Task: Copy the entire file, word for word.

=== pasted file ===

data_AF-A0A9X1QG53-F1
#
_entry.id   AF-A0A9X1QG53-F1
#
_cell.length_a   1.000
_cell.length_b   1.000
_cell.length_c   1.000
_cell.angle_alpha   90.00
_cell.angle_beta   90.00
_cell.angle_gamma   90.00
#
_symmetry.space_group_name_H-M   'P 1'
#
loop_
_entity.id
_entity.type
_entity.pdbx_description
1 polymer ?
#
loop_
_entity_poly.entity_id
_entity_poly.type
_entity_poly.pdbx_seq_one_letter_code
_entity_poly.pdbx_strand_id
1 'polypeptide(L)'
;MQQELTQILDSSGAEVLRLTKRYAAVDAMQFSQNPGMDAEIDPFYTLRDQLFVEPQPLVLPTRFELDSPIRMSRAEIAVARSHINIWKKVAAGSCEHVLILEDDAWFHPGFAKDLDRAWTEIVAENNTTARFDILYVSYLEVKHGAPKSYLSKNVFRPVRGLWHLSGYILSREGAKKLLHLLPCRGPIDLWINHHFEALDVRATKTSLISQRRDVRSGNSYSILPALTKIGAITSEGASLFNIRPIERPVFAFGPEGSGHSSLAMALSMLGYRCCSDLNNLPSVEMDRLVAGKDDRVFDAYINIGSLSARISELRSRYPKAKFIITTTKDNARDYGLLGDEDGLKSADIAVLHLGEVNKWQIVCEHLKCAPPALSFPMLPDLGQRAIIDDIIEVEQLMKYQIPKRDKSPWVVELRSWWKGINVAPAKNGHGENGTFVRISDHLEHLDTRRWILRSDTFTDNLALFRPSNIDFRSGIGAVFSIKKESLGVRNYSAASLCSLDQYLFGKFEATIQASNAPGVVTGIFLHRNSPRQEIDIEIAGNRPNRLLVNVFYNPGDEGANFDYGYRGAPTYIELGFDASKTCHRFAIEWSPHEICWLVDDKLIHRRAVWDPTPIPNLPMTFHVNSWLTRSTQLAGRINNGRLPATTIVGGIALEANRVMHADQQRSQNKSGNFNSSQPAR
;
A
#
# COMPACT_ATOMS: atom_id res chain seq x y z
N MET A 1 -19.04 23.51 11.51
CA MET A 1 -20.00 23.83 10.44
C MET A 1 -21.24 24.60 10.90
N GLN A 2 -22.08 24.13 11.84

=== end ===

data_AF-A0A9X1QG53-F1
#
_entry.id   AF-A0A9X1QG53-F1
#
_cell.length_a   1.000
_cell.length_b   1.000
_cell.length_c   1.000
_cell.angle_alpha   90.00
_cell.angle_beta   90.00
_cell.angle_gamma   90.00
#
_symmetry.space_group_name_H-M   'P 1'
#
loop_
_entity.id
_entity.type
_entity.pdbx_description
1 polymer ?
#
loop_
_entity_poly.entity_id
_entity_poly.type
_entity_poly.pdbx_seq_one_letter_code
_entity_poly.pdbx_strand_id
1 'polypeptide(L)'
;MQQELTQILDSSGAEVLRLTKRYAAVDAMQFSQNPGMDAEIDPFYTLRDQLFVEPQPLVLPTRFELDSPIRMSRAEIAVARSHINIWKKVAAGSCEHVLILEDDAWFHPGFAKDLDRAWTEIVAENNTTARFDILYVSYLEVKHGAPKSYLSKNVFRPVRGLWHLSGYILSREGAKKLLHLLPCRGPIDLWINHHFEALDVRATKTSLISQRRDVRSGNSYSILPALTKIGAITSEGASLFNIRPIERPVFAFGPEGSGHSSLAMALSMLGYRCCSDLNNLPSVEMDRLVAGKDDRVFDAYINIGSLSARISELRSRYPKAKFIITTTKDNARDYGLLGDEDGLKSADIAVLHLGEVNKWQIVCEHLKCAPPALSFPMLPDLGQRAIIDDIIEVEQLMKYQIPKRDKSPWVVELRSWWKGINVAPAKNGHGENGTFVRISDHLEHLDTRRWILRSDTFTDNLALFRPSNIDFRSGIGAVFSIKKESLGVRNYSAASLCSLDQYLFGKFEATIQASNAPGVVTGIFLHRNSPRQEIDIEIAGNRPNRLLVNVFYNPGDEGANFDYGYRGAPTYIELGFDASKTCHRFAIEWSPHEICWLVDDKLIHRRAVWDPTPIPNLPMTFHVNSWLTRSTQLAGRINNGRLPATTIVGGIALEANRVMHADQQRSQNKSGNFNSSQPAR
;
A
#
# COMPACT_ATOMS: atom_id res chain seq x y z
N MET A 1 -19.04 23.51 11.51
CA MET A 1 -20.00 23.83 10.44
C MET A 1 -21.24 24.60 10.90
N GLN A 2 -22.08 24.13 11.84